The bill would establish ‘Rescue Committees’ in Congress to draft legislation affecting the Social Security and Medicare – and fast track it for floor votes without going through the normal deliberative process.  For example, members would not be able to offer amendments to legislation that comes out of the ‘Rescue Committees.’  “It leaves the skeleton of the legislative process in place, but nowhere along the line can you make changes or improvements,” explains Maria Freese, a Social Security and retirement expert at NCPSSM.

Given that fiscal hawks in Congress want to cut Americans’ earned benefits under the guise of protecting or “reforming” Social Security and Medicare, the TRUST Act is dangerous.  It would open the door to slash both programs. Today’s seniors rely on their earned benefits to stay healthy and stay out of poverty.  Research indicates that tomorrow’s retirees will rely on these programs even more.  The last thing American workers need is to have their future benefits threatened. If anything, they should be expanded.

While it’s true that the Social Security and Medicare Part A trust funds will become depleted in 2035 and 2026 respectively if Congress takes no action, there are commonsense solutions that do not involve cutting benefits.  But, too often, “entitlement reformers” use the canard that “no one in Washington has the courage” to address Social Security and Medicare’s financial challenges, which simply is not true.  Representative John Larson introduced the Social Security 2100 Act, which would extend the life of the trust fund, partly by asking the wealthy to begin contributing their fair share of Social Security payroll taxes. Other members of Congress have offered their own solutions that do not ask future seniors to withstand benefit cuts.

“We agree that it’s important to address solvency,” said Dan Adcock, director of government relations and policy at the National Committee to Preserve Social Security & Medicare. “We also think it’s equally important to address benefit adequacy, because of the struggle that the middle class and working class have these days in saving for retirement.” – Dan Adcock, NCPSSM Director of Government Relations and Policy

In fact, the TRUST Act does not require its “rescue committees” to consider the adequacy of current benefits — or the human impact of potential cuts. Retirees would be relegated to the status of figures on a balance sheet. This is not an acceptable outcome for our parents, grandparents, and friends who depend on their earned benefits.


904, 2021

President’s Infrastructure Plan Builds Stronger Foundation for Seniors

By |April 9th, 2021|Infrastructure, Long term care, Medicaid, President Biden|

The nation’s pre-eminent coalition representing older Americans supports President Biden’s American Jobs Plan “as a bold step in the right direction for seniors.” The Leadership Council of Aging Organizations (LCAO), currently chaired by NCPSSM, this week urged Congress to enact the President’s plan, “so that older Americans will feel the benefits across many areas of their lives — from housing to health to caregiving.”  The plan includes $400 billion in new spending for long-term care for the elderly and disabled, the second highest allocation of funds after ‘Transportation.’

Support for seniors is part of President Biden’s expansive view of “infrastructure,” which he explains “has always evolved to meet the needs and aspirations of the American people.”  Those needs and aspirations include older Americans who have contributed so much to our economy and enriched our lives.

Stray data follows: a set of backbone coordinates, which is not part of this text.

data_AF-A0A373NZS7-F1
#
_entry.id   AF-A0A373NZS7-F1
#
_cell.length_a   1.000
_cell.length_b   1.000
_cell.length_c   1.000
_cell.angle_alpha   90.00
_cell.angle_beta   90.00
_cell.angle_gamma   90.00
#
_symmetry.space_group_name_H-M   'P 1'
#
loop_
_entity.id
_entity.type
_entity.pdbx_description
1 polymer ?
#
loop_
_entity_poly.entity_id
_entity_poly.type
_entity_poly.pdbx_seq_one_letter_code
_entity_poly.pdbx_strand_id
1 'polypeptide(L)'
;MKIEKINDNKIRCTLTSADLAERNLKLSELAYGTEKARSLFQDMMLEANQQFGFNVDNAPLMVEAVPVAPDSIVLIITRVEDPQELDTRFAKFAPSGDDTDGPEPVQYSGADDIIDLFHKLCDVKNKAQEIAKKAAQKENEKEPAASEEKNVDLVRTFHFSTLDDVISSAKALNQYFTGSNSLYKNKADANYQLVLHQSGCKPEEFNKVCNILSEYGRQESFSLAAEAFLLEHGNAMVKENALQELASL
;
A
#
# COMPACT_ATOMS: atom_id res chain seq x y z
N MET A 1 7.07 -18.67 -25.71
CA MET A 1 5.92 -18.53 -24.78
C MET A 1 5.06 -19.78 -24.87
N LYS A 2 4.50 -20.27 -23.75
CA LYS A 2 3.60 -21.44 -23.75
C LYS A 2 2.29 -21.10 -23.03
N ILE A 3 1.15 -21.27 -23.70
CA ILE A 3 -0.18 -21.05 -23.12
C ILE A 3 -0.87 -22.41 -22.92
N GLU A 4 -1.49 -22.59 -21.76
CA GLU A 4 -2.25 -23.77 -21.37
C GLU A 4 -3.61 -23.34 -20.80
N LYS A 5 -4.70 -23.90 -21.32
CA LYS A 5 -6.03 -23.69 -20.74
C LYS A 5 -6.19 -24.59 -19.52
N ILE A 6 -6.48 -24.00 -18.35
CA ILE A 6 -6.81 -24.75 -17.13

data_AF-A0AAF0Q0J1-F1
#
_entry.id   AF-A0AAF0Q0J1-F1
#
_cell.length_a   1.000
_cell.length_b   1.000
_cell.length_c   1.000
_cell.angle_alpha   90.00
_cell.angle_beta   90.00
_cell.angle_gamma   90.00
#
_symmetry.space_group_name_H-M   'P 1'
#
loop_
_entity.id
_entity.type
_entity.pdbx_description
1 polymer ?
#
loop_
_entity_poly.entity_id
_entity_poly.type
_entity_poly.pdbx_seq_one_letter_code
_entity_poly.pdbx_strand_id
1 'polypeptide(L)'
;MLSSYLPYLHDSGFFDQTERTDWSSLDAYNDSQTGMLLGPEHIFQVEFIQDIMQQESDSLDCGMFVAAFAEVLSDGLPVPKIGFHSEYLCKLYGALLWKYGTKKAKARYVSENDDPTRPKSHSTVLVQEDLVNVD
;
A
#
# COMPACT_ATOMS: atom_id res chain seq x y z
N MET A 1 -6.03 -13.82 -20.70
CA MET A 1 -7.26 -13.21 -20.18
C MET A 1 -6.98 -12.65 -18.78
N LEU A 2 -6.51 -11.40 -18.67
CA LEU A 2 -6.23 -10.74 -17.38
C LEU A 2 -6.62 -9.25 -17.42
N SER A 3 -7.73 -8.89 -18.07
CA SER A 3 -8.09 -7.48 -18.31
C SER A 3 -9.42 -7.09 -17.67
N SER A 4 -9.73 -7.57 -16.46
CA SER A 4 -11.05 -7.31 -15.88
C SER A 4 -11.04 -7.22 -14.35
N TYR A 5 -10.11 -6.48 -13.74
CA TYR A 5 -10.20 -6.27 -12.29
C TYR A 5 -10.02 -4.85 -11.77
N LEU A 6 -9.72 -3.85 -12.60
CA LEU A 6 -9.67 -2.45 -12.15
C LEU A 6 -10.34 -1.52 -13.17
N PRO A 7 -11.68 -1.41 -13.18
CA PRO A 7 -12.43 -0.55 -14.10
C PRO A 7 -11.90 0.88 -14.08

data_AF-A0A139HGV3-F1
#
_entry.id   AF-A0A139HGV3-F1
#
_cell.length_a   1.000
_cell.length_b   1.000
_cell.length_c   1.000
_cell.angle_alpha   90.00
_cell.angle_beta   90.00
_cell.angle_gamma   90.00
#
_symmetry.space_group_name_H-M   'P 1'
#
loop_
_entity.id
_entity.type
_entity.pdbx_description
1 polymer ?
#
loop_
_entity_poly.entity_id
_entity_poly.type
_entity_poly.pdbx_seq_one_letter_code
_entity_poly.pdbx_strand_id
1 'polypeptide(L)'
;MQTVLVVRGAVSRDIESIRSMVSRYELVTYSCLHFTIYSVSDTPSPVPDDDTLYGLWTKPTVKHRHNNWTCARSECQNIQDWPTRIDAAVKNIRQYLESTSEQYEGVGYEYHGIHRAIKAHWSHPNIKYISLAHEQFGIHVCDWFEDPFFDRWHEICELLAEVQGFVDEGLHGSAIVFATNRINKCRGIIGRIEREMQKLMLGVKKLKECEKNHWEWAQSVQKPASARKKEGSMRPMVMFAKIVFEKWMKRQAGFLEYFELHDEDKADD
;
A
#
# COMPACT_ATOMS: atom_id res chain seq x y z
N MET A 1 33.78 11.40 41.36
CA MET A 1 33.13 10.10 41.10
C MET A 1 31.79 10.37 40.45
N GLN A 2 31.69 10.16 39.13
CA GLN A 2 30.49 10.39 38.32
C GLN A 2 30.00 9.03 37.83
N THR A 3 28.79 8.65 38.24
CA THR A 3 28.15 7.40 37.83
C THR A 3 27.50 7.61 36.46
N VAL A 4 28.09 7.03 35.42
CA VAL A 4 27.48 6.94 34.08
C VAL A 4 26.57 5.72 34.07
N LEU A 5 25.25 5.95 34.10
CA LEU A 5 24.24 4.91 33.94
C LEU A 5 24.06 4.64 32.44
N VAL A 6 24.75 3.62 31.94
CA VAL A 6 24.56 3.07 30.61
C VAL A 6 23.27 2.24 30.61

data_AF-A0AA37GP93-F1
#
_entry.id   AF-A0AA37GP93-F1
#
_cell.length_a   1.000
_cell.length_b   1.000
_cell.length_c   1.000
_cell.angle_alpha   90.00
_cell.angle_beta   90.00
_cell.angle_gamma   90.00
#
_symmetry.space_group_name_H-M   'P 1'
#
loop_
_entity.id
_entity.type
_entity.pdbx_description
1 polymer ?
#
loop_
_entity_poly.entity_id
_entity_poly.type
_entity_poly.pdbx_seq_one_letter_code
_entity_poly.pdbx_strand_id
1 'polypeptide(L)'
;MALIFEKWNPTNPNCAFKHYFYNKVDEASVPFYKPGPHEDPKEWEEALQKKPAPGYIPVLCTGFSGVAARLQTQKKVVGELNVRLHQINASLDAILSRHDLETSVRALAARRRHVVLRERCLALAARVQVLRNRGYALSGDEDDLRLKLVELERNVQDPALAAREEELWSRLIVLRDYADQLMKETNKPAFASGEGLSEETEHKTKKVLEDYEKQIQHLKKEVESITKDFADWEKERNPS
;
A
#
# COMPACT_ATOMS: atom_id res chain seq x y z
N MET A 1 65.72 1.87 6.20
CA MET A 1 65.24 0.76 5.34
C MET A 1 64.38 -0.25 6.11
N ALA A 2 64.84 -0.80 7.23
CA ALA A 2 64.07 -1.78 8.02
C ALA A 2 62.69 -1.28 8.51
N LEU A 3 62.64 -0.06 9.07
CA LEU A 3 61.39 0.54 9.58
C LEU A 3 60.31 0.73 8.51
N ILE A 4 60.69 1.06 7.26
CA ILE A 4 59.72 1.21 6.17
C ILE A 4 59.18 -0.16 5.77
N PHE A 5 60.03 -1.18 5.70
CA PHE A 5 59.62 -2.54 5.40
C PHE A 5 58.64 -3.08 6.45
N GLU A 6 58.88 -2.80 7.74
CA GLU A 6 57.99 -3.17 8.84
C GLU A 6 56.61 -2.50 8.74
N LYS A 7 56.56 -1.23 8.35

The $400 billion in funding for older and disabled Americans goes toward home and community-based services (HCBS).  It will help millions of seniors to receive long-term care in the comfort of their homes and communities instead of in nursing homes.  The data show that HCBS is safer than nursing home care, with better mental and physical health outcomes.  The American Jobs Act also will create new and better jobs for caregivers, predominantly women of color who have been “underpaid and undervalued for too long.”

It’s expanded services for seniors. It’s for homecare workers who help seniors to stay in their homes… saving Medicaid hundreds of millions of dollars in the process.” – President Biden, 4/6/21

Seniors will benefit from the infrastructure plan in other life-changing ways.  The American Jobs Plan contains $85 billion in sorely-needed funds to improve public transportation.  Many seniors rely on public transit for shopping, banking, and medical appointments.  Yet, one transportation advocacy group estimated that more than 15 million seniors live in communities where public transit is “poor or nonexistent.”  We believe that some of the infrastructure funding for transportation should specifically benefit seniors under the Older Americans Act.

Housing is another crucial infrastructure issue for seniors. The American Jobs Act dedicates $213 billion to affordable housing.  Some of that funding should go toward the Section 202 program, which finances supportive housing for low-income seniors – and provides much-needed rent subsidies, too.

The American Jobs Act includes $100 billion to expand Broadband internet access, which should benefit seniors lacking connectivity

Of course, 21st century seniors not only need roofs over their heads, but broadband internet access to connect their homes to the wider world. Seniors without reliable internet access can become disconnected from family and community, and unable to conduct crucial transactions online.  Congress can ensure that some of this funding helps seniors better access the internet – including WiFi hotspots in underserved areas.

As the President’s plan is taken up by Congress, LCAO will continue to urge lawmakers to ensure that the American Jobs Act addresses the transportation, housing, broadband access, and caregiving needs of older people.  As NCPSSM president and LCAO chairman Max Richtman said, “Just as the President’s American Jobs Plan will rebuild our nation’s crumbling infrastructure, it must build a better foundation for society as a whole by fortifying services for all of us as we age.”


Giving Thanks to Seniors During Older Americans Month

By |May 14th, 2021|Older Americans|